Make sure changes that need to be backward compatible, are being so.

How to perform a code review

Start off by gathering context. Read the code review description and related tickets. If you aren't the appropriate reviewer, then it is better to assign the review to one of your peers who is more familiar with the place the code was written. Understand whether your peer is optimizing for speed or quality.

When reading the code, read for understanding. Start with the crux, scan the entire diff and find the critical changes. Code isn't written from top to bottom, in a structured way, hence it also makes sense to read randomly and to try to understand how the different pieces work together.

Don't forget, to fully grasp the context, you will likely have to read other code than just the diff, and check out the existing repository code locally to see how changes may be affecting other places in the system.

Write comments as you go, as you try to understand all of the changes and put all the puzzle pieces together. Once you're done, you can rewrite or delete those comments if your assumptions were wrong when you first wrote them. Leave positive comments if the author of the code did something elegantly or taught you something new.

Writing effective code review comments

Don't use you when writing comments. Address the code, not the person. If time allows, you could ask a more open question in some scenarios to let the author come to the solution themselves, which is pretty useful if you want junior developers to grow.

You should nitpick when reviewing code. Prefix such comments with Nit, non-blocker:. Make sure the comment doesn't sound like a command (imperative) but rather a friendly recommendation.

When requesting changes you should have a reason why and explain it thoroughly as well. Depending on the experience of the author, you may find yourself explaining it more verbosely or not.

Sometimes you may want to share more background or information on something by linking it to an article or documentation.

Key performance indicators

How to measure that your code reviews are good and having an effect.

  • Peers aren't repeating the same mistakes that you've called out.
  • Peers are shipping in fewer reviews over time.
  • Teammates are repeating similar comments to the ones you've brought up when reviewing code, this shows you're having an effect on your team members.
  • You can ask for feedback from your peers, especially ones more senior than you, like your managers/mentors.

Write better code

Principles to write better code

3 keys to writing readable code:

  1. Be empathic. Think of the people that are going to read your code. Favor readability over write convenience.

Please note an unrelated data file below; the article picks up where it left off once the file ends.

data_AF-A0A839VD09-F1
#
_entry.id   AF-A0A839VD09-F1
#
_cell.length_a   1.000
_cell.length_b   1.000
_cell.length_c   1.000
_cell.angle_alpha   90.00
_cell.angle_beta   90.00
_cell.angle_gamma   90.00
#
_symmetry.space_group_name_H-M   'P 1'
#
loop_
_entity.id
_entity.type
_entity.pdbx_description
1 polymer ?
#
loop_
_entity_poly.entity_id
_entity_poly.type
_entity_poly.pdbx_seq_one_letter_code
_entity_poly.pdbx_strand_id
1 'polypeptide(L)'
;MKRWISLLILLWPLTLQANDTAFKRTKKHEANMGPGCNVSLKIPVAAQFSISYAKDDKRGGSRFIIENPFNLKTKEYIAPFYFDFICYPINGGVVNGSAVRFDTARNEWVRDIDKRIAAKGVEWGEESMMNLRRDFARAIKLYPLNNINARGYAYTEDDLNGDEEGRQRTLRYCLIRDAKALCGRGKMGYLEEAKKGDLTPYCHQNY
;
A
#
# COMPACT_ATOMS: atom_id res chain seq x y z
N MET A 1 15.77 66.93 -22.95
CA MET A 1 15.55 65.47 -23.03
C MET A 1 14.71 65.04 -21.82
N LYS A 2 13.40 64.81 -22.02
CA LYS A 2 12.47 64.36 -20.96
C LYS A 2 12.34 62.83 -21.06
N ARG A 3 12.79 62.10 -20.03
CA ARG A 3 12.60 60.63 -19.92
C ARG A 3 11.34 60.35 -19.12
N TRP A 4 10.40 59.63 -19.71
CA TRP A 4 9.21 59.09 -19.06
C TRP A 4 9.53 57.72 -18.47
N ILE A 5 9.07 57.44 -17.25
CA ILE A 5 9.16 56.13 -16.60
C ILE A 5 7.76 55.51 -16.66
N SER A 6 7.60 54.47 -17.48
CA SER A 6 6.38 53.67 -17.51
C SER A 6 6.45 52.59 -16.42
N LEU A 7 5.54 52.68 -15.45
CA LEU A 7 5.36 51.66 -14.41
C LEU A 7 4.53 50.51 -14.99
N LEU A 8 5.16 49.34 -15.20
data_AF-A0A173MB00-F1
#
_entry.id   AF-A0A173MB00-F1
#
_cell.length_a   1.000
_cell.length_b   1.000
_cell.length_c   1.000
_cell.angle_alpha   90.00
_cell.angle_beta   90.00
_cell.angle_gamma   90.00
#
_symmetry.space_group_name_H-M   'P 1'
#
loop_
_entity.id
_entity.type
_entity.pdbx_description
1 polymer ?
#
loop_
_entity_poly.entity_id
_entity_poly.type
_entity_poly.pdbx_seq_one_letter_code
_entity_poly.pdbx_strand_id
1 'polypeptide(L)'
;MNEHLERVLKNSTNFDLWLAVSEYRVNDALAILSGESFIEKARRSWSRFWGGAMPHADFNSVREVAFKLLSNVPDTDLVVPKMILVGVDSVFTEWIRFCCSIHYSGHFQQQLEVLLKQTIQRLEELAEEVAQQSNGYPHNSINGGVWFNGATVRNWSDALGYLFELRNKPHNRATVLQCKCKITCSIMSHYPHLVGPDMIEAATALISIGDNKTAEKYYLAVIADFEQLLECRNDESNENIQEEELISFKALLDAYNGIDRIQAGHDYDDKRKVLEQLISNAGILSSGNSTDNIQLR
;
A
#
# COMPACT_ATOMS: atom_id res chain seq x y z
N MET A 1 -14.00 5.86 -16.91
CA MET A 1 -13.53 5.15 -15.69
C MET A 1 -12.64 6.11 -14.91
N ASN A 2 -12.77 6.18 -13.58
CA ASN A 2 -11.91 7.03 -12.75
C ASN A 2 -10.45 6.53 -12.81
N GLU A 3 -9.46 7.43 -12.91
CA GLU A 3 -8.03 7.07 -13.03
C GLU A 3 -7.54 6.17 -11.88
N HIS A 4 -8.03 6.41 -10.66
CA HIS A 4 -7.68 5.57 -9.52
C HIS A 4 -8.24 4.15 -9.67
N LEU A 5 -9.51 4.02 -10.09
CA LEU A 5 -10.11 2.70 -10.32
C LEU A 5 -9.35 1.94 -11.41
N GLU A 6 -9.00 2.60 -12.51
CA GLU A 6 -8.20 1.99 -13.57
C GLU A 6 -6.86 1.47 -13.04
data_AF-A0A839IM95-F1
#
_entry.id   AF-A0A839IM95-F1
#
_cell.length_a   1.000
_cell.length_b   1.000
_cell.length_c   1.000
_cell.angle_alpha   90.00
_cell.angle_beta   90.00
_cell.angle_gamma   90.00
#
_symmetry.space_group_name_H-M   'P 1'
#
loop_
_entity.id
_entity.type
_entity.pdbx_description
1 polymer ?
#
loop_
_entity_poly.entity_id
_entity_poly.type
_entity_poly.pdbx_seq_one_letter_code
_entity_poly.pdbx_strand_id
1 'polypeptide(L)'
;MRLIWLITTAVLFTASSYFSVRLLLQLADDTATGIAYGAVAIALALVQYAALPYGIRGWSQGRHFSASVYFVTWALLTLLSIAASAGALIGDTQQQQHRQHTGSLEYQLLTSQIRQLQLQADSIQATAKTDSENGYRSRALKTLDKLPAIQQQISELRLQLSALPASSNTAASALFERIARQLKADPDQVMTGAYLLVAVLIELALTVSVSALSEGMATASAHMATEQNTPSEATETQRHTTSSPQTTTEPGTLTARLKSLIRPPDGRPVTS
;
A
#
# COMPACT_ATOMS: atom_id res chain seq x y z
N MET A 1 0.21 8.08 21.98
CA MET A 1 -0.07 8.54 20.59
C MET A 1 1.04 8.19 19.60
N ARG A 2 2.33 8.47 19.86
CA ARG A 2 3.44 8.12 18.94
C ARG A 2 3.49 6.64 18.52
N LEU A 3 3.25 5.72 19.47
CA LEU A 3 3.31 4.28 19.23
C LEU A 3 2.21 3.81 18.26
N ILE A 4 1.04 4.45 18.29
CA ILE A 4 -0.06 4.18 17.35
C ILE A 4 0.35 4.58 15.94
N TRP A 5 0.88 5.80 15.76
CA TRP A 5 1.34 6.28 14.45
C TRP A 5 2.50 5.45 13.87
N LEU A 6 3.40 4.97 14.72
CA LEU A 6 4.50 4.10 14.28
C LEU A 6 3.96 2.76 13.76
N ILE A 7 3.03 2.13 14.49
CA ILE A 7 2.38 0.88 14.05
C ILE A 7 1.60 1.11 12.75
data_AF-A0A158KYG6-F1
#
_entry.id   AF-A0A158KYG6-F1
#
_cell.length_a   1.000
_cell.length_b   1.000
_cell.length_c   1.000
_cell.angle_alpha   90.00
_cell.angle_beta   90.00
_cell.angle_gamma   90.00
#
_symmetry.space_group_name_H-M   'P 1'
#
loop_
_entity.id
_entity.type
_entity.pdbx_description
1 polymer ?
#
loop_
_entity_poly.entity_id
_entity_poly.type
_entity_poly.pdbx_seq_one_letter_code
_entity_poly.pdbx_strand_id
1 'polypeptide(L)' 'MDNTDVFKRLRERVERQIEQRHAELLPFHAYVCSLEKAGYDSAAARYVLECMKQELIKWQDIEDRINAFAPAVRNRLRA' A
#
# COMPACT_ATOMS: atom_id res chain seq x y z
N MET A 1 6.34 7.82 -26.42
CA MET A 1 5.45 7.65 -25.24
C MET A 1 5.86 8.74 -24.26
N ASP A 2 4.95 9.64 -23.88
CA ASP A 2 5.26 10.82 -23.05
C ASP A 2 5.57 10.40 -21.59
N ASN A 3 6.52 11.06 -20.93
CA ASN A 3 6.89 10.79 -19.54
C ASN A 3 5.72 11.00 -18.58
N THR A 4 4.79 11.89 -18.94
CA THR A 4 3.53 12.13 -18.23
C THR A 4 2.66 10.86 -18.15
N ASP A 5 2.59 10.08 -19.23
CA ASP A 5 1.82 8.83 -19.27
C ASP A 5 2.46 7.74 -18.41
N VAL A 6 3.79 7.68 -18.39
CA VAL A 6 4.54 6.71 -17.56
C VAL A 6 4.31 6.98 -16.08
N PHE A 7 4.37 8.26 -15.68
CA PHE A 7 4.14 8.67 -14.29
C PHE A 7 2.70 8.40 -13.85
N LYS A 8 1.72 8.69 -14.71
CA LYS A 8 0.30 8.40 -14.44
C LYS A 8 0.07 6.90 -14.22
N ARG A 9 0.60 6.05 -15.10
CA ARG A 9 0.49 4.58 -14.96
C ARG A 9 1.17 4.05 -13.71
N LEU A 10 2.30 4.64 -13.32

2. Be opinionated. Have an opinion on how good code should look, and a reason behind it.
  3. Be intentional with the code you write, make sure the code communicates the intent.

Process to write better code

If you want to create small PRs, do so by taking on smaller tasks. Break down a large task into smaller tasks.

Descriptions that tell a story, don't mean they 100% resemble what is happening in reality. Make sure to investigate and set out to do the right thing before committing to the code you're writing.

Pull the latest code, and make sure builds and tests are passing before proceeding to check out into a new branch.

Read the existing code, and understand the current paradigm and code conventions. Leverage existing examples. Look for opportunities to reuse existing code. You may want to refactor the existing code before implementing the feature, especially if it makes implementing the feature easier.

When coding, make it work (with tests), make it right, and make it faster if necessary.

Before submitting the PR, make sure to prepare it. Include the what and why in the description. Review the code yourself in the web browser and make sure to reread the task and that all requirements have been fulfilled. Make sure builds are passing and there are no conflicts. Don't open a PR at the end of the day, it is better to wake up the next day with a fresh mind and review your PR before opening it for review.

Seek a relentless and thorough reviewer, in order to get a lot of feedback and learn more + faster.

Addressing code review comments

Reading the comments in monotone will help you not become defensive, reading them as if you were having a conversation with your teammate.

Make sure to clarify and have a path forward before proceeding to do anything. Sometimes what you think your teammate is suggesting isn't actually what they have in mind, so be aware of that.

It is important to have the why behind every comment. This way you can better decide whether to debate the point or you will understand why something should be changed and won't repeat the mistake in the future.

If a reviewer leaves an incorrect comment on the code, you should of course explain the reason why you did what you did to them. Though bear in mind oftentimes when the reviewer leaves an incorrect comment, it can mean that your code wasn't clear enough on what it was doing. If this is the case, you may want to find a way for the code to be better communicated to the readers of the code.

My thoughts

The course was phenomenal!

I learned a lot, and from now on will do my code reviews and pull requests differently. I was actually thinking of including a section with mistakes I have done and how I would do them differently from now on, but that'd make the article too long and isn't too interesting.

Curtis went over numerous examples and even went as far as showing real examples from his work over at Gumroad. I was super happy seeing that because I didn't expect him to show real examples from his own work.

I also liked how he used the descriptions of engineering levels over at Dropbox, and explained the importance of different things he was teaching, in fact before every module he would go in-depth about why you should go through the module.

It was pragmatic, and also taught you some of the soft skills involved.

I'm very happy to have taken this course, I wish I took it sooner.

It surely has leveled me up as a software engineer by a great amount. Though I will say if you are i.e. working solo, then you may not benefit from this course.

Conclusion

If you want to level up yourself as a software engineer, and are working in an environment where code reviews take place, then this course is definitely for you.